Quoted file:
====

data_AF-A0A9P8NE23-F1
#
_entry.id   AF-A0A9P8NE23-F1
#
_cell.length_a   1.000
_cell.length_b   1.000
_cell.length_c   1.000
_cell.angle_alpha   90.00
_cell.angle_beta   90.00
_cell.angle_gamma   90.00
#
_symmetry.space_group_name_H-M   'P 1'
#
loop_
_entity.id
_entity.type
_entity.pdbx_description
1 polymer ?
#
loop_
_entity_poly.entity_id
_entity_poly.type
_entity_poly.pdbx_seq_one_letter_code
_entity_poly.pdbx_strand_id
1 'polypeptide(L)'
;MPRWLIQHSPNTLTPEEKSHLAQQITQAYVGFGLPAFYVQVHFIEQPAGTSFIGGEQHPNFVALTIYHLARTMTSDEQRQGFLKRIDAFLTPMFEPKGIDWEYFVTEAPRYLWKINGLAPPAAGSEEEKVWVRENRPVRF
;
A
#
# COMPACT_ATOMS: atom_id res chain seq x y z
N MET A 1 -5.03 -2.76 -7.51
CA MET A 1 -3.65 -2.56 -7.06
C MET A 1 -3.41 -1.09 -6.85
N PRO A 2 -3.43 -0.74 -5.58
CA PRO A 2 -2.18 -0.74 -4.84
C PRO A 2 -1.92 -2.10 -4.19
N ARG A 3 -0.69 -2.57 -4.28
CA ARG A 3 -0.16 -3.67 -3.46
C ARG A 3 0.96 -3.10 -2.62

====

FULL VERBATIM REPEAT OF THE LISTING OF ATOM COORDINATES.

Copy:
data_AF-A0A9P8NE23-F1
#
_entry.id   AF-A0A9P8NE23-F1
#
_cell.length_a   1.000
_cell.length_b   1.000
_cell.length_c   1.000
_cell.angle_alpha   90.00
_cell.angle_beta   90.00
_cell.angle_gamma   90.00
#
_symmetry.space_group_name_H-M   'P 1'
#
loop_
_entity.id
_entity.type
_entity.pdbx_description
1 polymer ?
#
loop_
_entity_poly.entity_id
_entity_poly.type
_entity_poly.pdbx_seq_one_letter_code
_entity_poly.pdbx_strand_id
1 'polypeptide(L)'
;MPRWLIQHSPNTLTPEEKSHLAQQITQAYVGFGLPAFYVQVHFIEQPAGTSFIGGEQHPNFVALTIYHLARTMTSDEQRQGFLKRIDAFLTPMFEPKGIDWEYFVTEAPRYLWKINGLAPPAAGSEEEKVWVRENRPVRF
;
A
#
# COMPACT_ATOMS: atom_id res chain seq x y z
N MET A 1 -5.03 -2.76 -7.51
CA MET A 1 -3.65 -2.56 -7.06
C MET A 1 -3.41 -1.09 -6.85
N PRO A 2 -3.43 -0.74 -5.58
CA PRO A 2 -2.18 -0.74 -4.84
C PRO A 2 -1.92 -2.10 -4.19
N ARG A 3 -0.69 -2.57 -4.28
CA ARG A 3 -0.16 -3.67 -3.46
C ARG A 3 0.96 -3.10 -2.62